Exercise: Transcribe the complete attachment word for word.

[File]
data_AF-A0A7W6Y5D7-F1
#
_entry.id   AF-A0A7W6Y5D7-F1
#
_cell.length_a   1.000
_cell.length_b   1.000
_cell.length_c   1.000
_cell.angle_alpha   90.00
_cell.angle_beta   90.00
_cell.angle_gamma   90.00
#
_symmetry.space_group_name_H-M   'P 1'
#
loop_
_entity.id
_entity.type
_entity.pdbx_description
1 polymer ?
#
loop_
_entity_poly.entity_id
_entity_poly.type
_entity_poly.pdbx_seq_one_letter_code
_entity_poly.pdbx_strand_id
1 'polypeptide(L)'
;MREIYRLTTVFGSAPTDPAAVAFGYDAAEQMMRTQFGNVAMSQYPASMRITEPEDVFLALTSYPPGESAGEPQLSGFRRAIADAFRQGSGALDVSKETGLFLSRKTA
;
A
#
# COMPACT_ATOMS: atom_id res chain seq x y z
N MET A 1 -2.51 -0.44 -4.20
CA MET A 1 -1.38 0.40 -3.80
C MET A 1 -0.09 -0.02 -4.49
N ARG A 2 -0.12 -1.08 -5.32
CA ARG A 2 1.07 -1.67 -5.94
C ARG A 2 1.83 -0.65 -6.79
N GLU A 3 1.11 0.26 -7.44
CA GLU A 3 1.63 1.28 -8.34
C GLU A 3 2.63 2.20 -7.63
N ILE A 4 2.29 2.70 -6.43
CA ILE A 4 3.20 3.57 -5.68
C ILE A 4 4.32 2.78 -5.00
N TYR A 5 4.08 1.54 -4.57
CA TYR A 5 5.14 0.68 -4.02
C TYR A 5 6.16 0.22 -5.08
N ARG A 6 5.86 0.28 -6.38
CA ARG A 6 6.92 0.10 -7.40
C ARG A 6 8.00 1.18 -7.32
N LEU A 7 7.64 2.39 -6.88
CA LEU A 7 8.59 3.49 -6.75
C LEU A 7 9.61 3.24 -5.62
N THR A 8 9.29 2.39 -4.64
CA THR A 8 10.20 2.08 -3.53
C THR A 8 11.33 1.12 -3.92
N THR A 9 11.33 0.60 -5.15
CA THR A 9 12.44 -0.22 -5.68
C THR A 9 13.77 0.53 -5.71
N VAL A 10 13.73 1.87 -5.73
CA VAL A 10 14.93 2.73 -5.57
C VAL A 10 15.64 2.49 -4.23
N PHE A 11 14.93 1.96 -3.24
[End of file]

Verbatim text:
data_AF-A0A7W6Y5D7-F1
#
_entry.id   AF-A0A7W6Y5D7-F1
#
_cell.length_a   1.000
_cell.length_b   1.000
_cell.length_c   1.000
_cell.angle_alpha   90.00
_cell.angle_beta   90.00
_cell.angle_gamma   90.00
#
_symmetry.space_group_name_H-M   'P 1'
#
loop_
_entity.id
_entity.type
_entity.pdbx_description
1 polymer ?
#
loop_
_entity_poly.entity_id
_entity_poly.type
_entity_poly.pdbx_seq_one_letter_code
_entity_poly.pdbx_strand_id
1 'polypeptide(L)'
;MREIYRLTTVFGSAPTDPAAVAFGYDAAEQMMRTQFGNVAMSQYPASMRITEPEDVFLALTSYPPGESAGEPQLSGFRRAIADAFRQGSGALDVSKETGLFLSRKTA
;
A
#
# COMPACT_ATOMS: atom_id res chain seq x y z
N MET A 1 -2.51 -0.44 -4.20
CA MET A 1 -1.38 0.40 -3.80
C MET A 1 -0.09 -0.02 -4.49
N ARG A 2 -0.12 -1.08 -5.32
CA ARG A 2 1.07 -1.67 -5.94
C ARG A 2 1.83 -0.65 -6.79
N GLU A 3 1.11 0.26 -7.44
CA GLU A 3 1.63 1.28 -8.34
C GLU A 3 2.63 2.20 -7.63
N ILE A 4 2.29 2.70 -6.43
CA ILE A 4 3.20 3.57 -5.68
C ILE A 4 4.32 2.78 -5.00
N TYR A 5 4.08 1.54 -4.57
CA TYR A 5 5.14 0.68 -4.02
C TYR A 5 6.16 0.22 -5.08
N ARG A 6 5.86 0.28 -6.38
CA ARG A 6 6.92 0.10 -7.40
C ARG A 6 8.00 1.18 -7.32
N LEU A 7 7.64 2.39 -6.88
CA LEU A 7 8.59 3.49 -6.75
C LEU A 7 9.61 3.24 -5.62
N THR A 8 9.29 2.39 -4.64
CA THR A 8 10.20 2.08 -3.53
C THR A 8 11.33 1.12 -3.92
N THR A 9 11.33 0.60 -5.15
CA THR A 9 12.44 -0.22 -5.68
C THR A 9 13.77 0.53 -5.71
N VAL A 10 13.73 1.87 -5.73
CA VAL A 10 14.93 2.73 -5.57
C VAL A 10 15.64 2.49 -4.23
N PHE A 11 14.93 1.96 -3.24